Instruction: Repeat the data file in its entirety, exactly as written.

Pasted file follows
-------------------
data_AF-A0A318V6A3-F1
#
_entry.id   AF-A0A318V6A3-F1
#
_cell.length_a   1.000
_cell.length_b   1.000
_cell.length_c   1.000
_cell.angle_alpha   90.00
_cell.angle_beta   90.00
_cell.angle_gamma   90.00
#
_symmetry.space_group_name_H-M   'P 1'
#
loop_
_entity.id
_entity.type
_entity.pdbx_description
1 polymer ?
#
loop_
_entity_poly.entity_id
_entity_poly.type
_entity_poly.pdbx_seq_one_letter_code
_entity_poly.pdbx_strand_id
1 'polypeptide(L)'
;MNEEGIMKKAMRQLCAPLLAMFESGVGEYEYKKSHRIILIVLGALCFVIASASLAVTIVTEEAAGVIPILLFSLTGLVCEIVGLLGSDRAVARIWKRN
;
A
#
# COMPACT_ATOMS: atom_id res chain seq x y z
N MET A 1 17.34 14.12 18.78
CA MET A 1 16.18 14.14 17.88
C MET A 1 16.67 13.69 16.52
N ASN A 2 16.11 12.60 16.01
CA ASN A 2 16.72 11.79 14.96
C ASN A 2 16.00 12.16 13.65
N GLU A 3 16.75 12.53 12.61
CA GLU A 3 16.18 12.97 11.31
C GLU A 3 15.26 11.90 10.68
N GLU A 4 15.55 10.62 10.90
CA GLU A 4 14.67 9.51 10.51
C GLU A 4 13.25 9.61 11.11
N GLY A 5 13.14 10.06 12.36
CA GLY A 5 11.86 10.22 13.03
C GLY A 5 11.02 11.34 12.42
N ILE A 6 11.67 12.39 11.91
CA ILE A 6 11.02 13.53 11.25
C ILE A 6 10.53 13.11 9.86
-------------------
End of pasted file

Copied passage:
data_AF-A0A318V6A3-F1
#
_entry.id   AF-A0A318V6A3-F1
#
_cell.length_a   1.000
_cell.length_b   1.000
_cell.length_c   1.000
_cell.angle_alpha   90.00
_cell.angle_beta   90.00
_cell.angle_gamma   90.00
#
_symmetry.space_group_name_H-M   'P 1'
#
loop_
_entity.id
_entity.type
_entity.pdbx_description
1 polymer ?
#
loop_
_entity_poly.entity_id
_entity_poly.type
_entity_poly.pdbx_seq_one_letter_code
_entity_poly.pdbx_strand_id
1 'polypeptide(L)'
;MNEEGIMKKAMRQLCAPLLAMFESGVGEYEYKKSHRIILIVLGALCFVIASASLAVTIVTEEAAGVIPILLFSLTGLVCEIVGLLGSDRAVARIWKRN
;
A
#
# COMPACT_ATOMS: atom_id res chain seq x y z
N MET A 1 17.34 14.12 18.78
CA MET A 1 16.18 14.14 17.88
C MET A 1 16.67 13.69 16.52
N ASN A 2 16.11 12.60 16.01
CA ASN A 2 16.72 11.79 14.96
C ASN A 2 16.00 12.16 13.65
N GLU A 3 16.75 12.53 12.61
CA GLU A 3 16.18 12.97 11.31
C GLU A 3 15.26 11.90 10.68
N GLU A 4 15.55 10.62 10.90
CA GLU A 4 14.67 9.51 10.51
C GLU A 4 13.25 9.61 11.11
N GLY A 5 13.14 10.06 12.36
CA GLY A 5 11.86 10.22 13.03
C GLY A 5 11.02 11.34 12.42
N ILE A 6 11.67 12.39 11.91
CA ILE A 6 11.02 13.53 11.25
C ILE A 6 10.53 13.11 9.86